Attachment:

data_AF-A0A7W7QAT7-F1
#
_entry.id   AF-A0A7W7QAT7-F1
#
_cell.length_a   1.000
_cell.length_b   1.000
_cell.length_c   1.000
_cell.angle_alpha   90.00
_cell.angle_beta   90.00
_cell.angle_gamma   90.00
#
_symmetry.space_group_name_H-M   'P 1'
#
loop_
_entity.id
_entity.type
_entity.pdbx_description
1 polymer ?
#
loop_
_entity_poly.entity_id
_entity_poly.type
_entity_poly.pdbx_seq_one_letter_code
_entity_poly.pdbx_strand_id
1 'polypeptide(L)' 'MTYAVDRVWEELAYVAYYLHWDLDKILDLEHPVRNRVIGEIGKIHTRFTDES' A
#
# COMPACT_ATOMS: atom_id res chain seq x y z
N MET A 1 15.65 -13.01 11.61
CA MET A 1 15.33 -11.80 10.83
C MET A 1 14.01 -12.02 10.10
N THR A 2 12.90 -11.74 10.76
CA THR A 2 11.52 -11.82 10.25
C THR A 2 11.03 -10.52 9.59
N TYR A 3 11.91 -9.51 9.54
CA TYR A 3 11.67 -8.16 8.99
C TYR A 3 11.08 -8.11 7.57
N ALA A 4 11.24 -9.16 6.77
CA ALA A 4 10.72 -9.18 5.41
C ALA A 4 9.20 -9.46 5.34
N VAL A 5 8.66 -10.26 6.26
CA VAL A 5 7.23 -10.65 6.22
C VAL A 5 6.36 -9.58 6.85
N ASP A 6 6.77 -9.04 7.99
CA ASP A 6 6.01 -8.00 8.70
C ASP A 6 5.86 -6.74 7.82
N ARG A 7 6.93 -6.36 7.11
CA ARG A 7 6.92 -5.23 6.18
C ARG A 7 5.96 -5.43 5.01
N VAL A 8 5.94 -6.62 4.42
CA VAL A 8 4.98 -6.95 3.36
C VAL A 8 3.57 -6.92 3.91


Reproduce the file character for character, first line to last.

data_AF-A0A7W7QAT7-F1
#
_entry.id   AF-A0A7W7QAT7-F1
#
_cell.length_a   1.000
_cell.length_b   1.000
_cell.length_c   1.000
_cell.angle_alpha   90.00
_cell.angle_beta   90.00
_cell.angle_gamma   90.00
#
_symmetry.space_group_name_H-M   'P 1'
#
loop_
_entity.id
_entity.type
_entity.pdbx_description
1 polymer ?
#
loop_
_entity_poly.entity_id
_entity_poly.type
_entity_poly.pdbx_seq_one_letter_code
_entity_poly.pdbx_strand_id
1 'polypeptide(L)' 'MTYAVDRVWEELAYVAYYLHWDLDKILDLEHPVRNRVIGEIGKIHTRFTDES' A
#
# COMPACT_ATOMS: atom_id res chain seq x y z
N MET A 1 15.65 -13.01 11.61
CA MET A 1 15.33 -11.80 10.83
C MET A 1 14.01 -12.02 10.10
N THR A 2 12.90 -11.74 10.76
CA THR A 2 11.52 -11.82 10.25
C THR A 2 11.03 -10.52 9.59
N TYR A 3 11.91 -9.51 9.54
CA TYR A 3 11.67 -8.16 8.99
C TYR A 3 11.08 -8.11 7.57
N ALA A 4 11.24 -9.16 6.77
CA ALA A 4 10.72 -9.18 5.41
C ALA A 4 9.20 -9.46 5.34
N VAL A 5 8.66 -10.26 6.26
CA VAL A 5 7.23 -10.65 6.22
C VAL A 5 6.36 -9.58 6.85
N ASP A 6 6.77 -9.04 7.99
CA ASP A 6 6.01 -8.00 8.70
C ASP A 6 5.86 -6.74 7.82
N ARG A 7 6.93 -6.36 7.11
CA ARG A 7 6.92 -5.23 6.18
C ARG A 7 5.96 -5.43 5.01
N VAL A 8 5.94 -6.62 4.42
CA VAL A 8 4.98 -6.95 3.36
C VAL A 8 3.57 -6.92 3.91